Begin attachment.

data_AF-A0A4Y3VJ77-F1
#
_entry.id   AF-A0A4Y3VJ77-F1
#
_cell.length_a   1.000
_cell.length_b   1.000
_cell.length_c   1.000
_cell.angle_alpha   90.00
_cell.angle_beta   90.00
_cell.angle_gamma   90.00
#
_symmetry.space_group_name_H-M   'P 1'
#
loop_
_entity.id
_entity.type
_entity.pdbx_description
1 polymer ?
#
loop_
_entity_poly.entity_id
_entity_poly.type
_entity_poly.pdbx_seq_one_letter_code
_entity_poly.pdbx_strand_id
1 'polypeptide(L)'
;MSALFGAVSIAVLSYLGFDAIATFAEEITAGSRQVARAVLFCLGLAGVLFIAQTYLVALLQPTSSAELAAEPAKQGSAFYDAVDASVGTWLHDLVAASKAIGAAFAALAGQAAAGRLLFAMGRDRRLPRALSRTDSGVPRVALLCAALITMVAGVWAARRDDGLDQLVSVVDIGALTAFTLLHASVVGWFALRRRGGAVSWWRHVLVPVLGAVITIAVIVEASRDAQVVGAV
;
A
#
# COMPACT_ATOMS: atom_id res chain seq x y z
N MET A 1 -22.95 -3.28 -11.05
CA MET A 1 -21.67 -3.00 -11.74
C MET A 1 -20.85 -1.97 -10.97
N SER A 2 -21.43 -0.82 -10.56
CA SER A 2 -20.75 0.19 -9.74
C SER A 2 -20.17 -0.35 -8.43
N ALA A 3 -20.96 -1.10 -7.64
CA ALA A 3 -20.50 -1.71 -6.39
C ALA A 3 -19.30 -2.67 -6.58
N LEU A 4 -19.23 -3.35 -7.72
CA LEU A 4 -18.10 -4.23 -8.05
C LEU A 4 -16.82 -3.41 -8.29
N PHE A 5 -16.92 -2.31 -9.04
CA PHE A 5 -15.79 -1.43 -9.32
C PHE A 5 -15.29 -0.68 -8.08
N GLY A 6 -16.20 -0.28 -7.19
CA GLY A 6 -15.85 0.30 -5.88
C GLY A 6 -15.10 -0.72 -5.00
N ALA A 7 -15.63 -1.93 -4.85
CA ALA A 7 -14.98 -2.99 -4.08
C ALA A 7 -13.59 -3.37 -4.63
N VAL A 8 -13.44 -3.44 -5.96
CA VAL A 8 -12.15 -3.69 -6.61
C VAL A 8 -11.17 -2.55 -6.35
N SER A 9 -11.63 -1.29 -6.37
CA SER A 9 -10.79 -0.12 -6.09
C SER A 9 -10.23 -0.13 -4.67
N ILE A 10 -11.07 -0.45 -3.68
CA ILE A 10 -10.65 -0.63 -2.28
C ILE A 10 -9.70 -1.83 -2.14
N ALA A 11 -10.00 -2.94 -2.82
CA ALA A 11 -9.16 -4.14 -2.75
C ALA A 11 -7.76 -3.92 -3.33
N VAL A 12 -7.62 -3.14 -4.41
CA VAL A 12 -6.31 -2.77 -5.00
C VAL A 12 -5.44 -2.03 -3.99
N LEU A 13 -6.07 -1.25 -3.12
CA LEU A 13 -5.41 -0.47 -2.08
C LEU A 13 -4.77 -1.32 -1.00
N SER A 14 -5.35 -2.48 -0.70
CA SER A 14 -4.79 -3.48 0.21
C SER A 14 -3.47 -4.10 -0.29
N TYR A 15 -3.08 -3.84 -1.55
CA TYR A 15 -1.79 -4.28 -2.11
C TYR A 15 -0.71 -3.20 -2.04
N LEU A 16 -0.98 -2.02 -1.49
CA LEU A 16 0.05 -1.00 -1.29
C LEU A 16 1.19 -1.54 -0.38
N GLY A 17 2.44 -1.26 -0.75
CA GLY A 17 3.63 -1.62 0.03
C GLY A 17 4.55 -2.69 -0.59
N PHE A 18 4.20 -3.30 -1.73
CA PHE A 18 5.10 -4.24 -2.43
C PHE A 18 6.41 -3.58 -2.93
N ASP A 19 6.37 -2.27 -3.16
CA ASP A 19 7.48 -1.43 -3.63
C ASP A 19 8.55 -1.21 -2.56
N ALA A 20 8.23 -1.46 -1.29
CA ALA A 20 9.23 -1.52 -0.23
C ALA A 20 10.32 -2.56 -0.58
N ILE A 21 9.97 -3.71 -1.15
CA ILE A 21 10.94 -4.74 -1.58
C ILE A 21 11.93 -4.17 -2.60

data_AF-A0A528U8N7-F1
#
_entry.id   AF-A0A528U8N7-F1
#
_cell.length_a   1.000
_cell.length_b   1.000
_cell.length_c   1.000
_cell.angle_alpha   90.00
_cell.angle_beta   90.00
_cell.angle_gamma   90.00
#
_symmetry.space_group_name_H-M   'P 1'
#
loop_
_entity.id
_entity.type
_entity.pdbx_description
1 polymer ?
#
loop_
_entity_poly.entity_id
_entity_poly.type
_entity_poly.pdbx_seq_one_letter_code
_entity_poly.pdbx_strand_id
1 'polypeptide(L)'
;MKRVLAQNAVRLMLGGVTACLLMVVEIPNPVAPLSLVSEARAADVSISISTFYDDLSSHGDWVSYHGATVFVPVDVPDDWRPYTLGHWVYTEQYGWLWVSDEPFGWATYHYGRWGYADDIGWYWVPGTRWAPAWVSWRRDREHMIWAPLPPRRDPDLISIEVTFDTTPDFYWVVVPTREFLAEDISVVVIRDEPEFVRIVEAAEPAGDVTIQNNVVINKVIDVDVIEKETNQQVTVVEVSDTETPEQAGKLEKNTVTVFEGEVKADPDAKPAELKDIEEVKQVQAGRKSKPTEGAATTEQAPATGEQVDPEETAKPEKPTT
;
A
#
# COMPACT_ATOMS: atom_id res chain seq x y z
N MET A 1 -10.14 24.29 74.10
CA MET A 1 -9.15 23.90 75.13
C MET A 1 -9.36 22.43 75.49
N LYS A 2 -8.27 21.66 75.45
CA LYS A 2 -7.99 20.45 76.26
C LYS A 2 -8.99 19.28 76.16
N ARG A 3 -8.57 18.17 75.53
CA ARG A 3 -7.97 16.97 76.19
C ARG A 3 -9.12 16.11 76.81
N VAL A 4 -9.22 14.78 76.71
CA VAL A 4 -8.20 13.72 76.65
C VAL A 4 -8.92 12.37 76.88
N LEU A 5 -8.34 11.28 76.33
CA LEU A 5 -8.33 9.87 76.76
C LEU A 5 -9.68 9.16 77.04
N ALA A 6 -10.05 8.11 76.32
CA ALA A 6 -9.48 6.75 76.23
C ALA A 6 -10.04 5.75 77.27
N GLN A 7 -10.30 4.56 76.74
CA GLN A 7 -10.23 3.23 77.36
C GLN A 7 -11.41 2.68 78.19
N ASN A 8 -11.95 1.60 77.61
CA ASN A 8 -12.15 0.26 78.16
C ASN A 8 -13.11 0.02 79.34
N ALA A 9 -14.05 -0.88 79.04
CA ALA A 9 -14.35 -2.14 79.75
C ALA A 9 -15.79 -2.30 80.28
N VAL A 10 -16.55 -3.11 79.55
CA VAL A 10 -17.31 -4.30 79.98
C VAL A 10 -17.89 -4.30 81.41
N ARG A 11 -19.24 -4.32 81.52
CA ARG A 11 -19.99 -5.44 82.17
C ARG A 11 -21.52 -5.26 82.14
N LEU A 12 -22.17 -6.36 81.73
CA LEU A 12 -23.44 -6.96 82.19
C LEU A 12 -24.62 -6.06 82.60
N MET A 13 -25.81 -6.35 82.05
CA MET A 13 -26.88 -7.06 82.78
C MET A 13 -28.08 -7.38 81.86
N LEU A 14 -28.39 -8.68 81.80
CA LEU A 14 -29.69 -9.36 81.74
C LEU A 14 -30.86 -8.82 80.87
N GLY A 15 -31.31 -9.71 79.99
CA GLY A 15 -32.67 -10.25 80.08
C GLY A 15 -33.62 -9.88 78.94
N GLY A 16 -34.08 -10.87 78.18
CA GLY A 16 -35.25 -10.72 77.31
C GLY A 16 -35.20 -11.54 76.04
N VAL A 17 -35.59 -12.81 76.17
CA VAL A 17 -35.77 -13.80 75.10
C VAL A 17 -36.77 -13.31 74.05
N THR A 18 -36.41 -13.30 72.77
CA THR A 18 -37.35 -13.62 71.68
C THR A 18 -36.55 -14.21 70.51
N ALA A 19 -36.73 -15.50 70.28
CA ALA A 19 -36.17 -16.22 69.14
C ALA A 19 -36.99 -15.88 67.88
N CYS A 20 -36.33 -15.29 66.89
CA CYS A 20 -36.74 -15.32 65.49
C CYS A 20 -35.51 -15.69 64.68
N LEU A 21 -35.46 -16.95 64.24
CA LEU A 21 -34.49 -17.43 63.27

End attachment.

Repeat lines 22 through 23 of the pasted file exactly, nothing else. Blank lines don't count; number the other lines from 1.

_entity_poly.type
_entity_poly.pdbx_seq_one_letter_code